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Reviewed by:
  • River Cities: Historical and Contemporary
  • Brenda J. Brown (bio)
2015 Dumbarton Oaks Symposium in Garden and Landscape Studies
May 8–9, 2015

“All cities are river cities.”

That assertion, made—and dismissed—at this symposium, is certainly false. It is true nonetheless that many cities are river cities, especially if a river city is defined as one that evolved beside and because of a river—or two or more rivers’ juncture. Rivers have long been vital to trade, travel, and agricultural and industrial production, their floods beneficent and destructive, their waters sacred and profane, their visages picturesque and blighted. River temporalities link to weather, climate, geology and physics and to ecosystem fluctuations and proximate cultures’ manipulations. Rivers build land and take it away; they connect and divide; they create boundaries but do not respect them.

The 2015 Dumbarton Oaks symposium, River Cities: Historical and Contemporary, organized by Thaisa Way, resulted partly from a 2012 Andrew W. Mellon Foundation award to create an interdisciplinary urban landscape studies program supporting scholarship and higher education at the intersection of architecture and the humanities. Not coincidentally, this year’s event speaker roster included nine design professionals (seven landscape architects) and (only) seven historians and seemed somewhat younger and less clubby than customary. As Director John Beardsley observed in opening, all but two speakers chosen from the 180 proposals were new to Dumbarton Oaks. Although history figured significantly in all presentations, nine of the thirteen also contextualized twenty-first century developments.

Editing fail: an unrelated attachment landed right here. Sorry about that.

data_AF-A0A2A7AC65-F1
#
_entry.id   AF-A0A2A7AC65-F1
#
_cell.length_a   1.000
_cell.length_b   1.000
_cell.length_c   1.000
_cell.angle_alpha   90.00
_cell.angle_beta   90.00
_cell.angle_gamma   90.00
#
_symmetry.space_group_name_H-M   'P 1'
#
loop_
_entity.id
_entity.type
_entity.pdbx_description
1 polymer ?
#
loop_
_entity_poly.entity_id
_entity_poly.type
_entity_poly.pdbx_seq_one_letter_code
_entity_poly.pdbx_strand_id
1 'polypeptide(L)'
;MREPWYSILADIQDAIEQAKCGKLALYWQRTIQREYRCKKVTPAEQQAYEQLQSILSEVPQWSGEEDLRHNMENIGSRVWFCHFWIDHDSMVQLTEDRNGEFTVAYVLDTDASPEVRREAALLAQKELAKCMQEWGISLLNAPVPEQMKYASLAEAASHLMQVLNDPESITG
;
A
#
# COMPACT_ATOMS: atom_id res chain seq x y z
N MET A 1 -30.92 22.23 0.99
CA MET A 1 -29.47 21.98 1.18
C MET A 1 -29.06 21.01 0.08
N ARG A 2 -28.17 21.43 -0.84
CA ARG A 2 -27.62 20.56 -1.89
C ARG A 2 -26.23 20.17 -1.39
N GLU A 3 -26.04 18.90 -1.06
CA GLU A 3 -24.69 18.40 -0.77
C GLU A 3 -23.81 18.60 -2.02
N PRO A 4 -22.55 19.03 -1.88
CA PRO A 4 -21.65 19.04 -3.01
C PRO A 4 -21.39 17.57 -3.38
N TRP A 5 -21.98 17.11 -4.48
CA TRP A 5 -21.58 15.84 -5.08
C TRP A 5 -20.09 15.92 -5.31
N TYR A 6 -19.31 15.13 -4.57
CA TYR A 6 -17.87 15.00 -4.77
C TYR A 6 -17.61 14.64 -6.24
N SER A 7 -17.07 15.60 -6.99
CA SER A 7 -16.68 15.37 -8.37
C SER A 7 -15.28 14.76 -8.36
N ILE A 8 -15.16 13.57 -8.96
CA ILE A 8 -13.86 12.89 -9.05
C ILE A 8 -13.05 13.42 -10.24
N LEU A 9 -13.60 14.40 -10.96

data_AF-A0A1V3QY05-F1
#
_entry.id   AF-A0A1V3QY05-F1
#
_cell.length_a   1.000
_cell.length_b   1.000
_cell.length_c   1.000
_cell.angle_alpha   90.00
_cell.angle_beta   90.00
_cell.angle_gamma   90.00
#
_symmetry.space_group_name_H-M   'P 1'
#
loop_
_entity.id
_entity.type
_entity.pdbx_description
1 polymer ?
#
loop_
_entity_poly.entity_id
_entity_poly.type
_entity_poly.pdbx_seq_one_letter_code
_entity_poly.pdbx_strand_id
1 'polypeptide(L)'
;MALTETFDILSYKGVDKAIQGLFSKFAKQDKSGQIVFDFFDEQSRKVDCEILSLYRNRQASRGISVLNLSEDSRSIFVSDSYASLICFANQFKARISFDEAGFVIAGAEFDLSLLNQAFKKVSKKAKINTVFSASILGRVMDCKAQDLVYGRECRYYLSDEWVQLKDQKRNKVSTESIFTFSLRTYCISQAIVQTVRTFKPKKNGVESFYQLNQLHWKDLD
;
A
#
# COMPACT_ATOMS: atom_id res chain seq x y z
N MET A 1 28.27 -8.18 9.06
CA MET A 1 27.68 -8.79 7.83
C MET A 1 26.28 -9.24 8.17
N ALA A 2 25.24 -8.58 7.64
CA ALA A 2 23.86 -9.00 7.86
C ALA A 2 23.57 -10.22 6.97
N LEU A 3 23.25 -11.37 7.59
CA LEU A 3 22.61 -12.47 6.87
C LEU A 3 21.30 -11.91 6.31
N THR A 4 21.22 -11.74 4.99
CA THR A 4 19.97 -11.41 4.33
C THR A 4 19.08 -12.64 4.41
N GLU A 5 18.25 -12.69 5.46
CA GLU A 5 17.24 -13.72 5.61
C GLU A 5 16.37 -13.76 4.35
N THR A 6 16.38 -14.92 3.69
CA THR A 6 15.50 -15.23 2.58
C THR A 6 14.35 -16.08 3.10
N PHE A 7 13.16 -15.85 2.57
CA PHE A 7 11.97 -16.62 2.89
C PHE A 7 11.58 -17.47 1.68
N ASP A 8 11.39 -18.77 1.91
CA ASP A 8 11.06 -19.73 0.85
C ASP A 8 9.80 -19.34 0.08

The call for papers cast the symposium in terms of resilience and adaptability, highlighting cities’ and rivers’ dynamic relationships. However, other themes emerged: changing and competing river narratives and images; power—the power of rivers and the power of political bodies seeking to control them; and the interplay of rivers’ natural systems and humans’ changing technologies and economies. Most presentations focused on one city—Los Angeles, Lyon, New Orleans, Pittsburgh, Rome, San Antonio, São Paulo, Vienna; some on two—Agra and Allahabad, Kampen and Nijmegen, Zigong and the nascent Guangzhou megacity. Several talks acknowledged larger water-sheds; a few really did concern larger regions. Rivers’ capriciousness and resistance were typically acknowledged and often highlighted; so were deliberate and thoughtless human alterations.

Michael Miller broached the question of what is meant by river city head-on, tracing Lyon’s early development as shaped by its location between and on the outer banks of the Saône and Rhône rivers in France in terms of spatial form, economy, life, and rituals. Citing travel guides, memoirs, literature, and continuing traditions, he maintained that the river’s centrality persisted even after the railroad usurped its traffic. In contrast, Kimberly Thornton reconceptualised Vienna’s Lainzabach, a tertiary waterway (creek) variously manipulated for nearly 200 years, in its contemporary, increasingly urban, context.

Some talks focused on flood control infrastructure. Lei Zhang analyzed traditional systems—including levees, walls and (sometimes seasonal) ponds—of China’s Lower Yellow River Floodplain. These landscapes supported diverse ecological functions and multiple human uses including fortification, fishing, washing, and recreation. With the introduction in the 1950s of more centralized systems, characterized [End Page 195] by fast conveyance, underground piping, channelization and invisibility, older structures weakened and often disappeared. Today’s remnant ponds are only ornamental. Water no longer shapes the land. Rain-water is no longer harvested for drier times. However Zhang also showed student designs for new landscapes that incorporated aspects of such traditional systems. Landscape architect Pieter Schengenga emphasized his firm’s work with the Netherlands’ “Room for Rivers Program” in which rivers’ morphological changes inspire floodplain expansions. The idea is to widen the river bed rather than build higher dikes. Brian Davis and Amelia Jensen’s talk was most memorable for their discussion of Sao Paulo’s piscinões, large contemporary government-constructed basins for temporarily holding rain water that are sometimes adapted for unofficial community or private use. Focusing on Rome’s Tibur, Rabun Taylor recounted his historical sleuthing stimulated by a bridge misaligned with the river’s modern course.

Two presentations paired landscape architect and historian, integrating rich history and reports from the trenches. Elizabeth Mossop and Carol...


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pp. 195-197
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